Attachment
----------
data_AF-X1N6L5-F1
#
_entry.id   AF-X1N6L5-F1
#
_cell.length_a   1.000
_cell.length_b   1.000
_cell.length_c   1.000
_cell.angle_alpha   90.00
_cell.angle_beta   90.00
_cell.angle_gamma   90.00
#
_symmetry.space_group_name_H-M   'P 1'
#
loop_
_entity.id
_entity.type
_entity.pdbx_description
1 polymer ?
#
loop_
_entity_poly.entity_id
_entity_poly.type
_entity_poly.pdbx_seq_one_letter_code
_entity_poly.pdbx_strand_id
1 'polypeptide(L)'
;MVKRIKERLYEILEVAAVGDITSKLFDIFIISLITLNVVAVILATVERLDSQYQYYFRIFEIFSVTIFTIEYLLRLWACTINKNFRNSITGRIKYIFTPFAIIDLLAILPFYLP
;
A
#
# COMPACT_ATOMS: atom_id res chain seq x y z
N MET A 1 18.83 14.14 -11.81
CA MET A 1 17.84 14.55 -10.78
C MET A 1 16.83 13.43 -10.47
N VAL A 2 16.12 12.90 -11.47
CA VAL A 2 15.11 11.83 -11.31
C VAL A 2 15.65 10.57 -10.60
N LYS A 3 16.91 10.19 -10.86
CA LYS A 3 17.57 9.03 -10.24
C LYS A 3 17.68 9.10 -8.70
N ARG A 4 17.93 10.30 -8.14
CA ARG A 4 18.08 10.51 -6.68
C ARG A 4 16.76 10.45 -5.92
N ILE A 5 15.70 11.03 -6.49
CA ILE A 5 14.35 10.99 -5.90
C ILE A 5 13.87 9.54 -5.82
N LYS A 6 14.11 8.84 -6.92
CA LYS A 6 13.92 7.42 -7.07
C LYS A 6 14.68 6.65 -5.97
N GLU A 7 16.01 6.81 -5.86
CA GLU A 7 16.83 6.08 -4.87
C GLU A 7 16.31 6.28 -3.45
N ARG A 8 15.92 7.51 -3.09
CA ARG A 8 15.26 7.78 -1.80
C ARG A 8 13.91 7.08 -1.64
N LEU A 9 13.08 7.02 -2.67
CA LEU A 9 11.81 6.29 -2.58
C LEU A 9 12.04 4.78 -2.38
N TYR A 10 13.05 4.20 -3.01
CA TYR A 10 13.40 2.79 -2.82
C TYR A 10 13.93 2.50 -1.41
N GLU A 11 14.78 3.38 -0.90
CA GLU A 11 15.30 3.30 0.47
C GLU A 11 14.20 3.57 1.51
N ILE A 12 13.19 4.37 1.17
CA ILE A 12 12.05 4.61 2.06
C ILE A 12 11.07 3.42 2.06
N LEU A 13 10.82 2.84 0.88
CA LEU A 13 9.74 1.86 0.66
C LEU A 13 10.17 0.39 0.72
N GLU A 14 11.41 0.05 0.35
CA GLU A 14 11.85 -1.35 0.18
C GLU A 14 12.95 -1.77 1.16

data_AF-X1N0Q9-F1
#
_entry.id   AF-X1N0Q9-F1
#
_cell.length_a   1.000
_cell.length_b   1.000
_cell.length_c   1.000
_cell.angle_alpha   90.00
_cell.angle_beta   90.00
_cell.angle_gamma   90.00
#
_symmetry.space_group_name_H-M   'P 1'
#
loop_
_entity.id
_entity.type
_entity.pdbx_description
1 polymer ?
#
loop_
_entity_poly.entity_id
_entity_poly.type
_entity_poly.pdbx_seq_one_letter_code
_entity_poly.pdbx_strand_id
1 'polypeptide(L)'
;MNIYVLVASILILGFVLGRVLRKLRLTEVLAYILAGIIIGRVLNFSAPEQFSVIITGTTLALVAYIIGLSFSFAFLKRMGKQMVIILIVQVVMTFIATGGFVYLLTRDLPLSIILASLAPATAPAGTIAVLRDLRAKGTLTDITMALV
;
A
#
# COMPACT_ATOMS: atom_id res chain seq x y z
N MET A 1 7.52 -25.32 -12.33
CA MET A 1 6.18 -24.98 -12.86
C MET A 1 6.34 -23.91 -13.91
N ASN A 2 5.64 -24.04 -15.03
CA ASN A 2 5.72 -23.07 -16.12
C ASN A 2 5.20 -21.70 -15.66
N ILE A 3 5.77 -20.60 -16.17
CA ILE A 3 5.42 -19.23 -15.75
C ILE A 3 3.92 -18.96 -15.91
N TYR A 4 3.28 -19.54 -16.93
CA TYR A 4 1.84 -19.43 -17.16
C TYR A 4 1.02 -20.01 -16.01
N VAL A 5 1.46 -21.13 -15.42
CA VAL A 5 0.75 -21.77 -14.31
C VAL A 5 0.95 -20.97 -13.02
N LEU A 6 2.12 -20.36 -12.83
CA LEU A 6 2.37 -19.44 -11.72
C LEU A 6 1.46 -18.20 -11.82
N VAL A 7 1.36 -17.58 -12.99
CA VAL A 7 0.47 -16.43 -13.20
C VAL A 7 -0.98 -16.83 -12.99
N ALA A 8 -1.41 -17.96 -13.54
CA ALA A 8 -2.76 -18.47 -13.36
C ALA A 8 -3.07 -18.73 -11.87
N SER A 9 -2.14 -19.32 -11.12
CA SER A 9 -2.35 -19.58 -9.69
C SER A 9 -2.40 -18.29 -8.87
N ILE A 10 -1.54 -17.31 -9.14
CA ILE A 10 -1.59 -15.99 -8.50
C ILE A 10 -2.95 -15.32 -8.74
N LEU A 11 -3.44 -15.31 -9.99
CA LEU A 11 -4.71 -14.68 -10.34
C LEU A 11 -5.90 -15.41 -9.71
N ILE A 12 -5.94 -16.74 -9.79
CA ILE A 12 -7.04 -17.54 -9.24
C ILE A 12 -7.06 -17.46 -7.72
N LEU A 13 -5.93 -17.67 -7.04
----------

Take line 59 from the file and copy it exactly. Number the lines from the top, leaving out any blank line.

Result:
CA TYR A 10 13.40 2.79 -2.82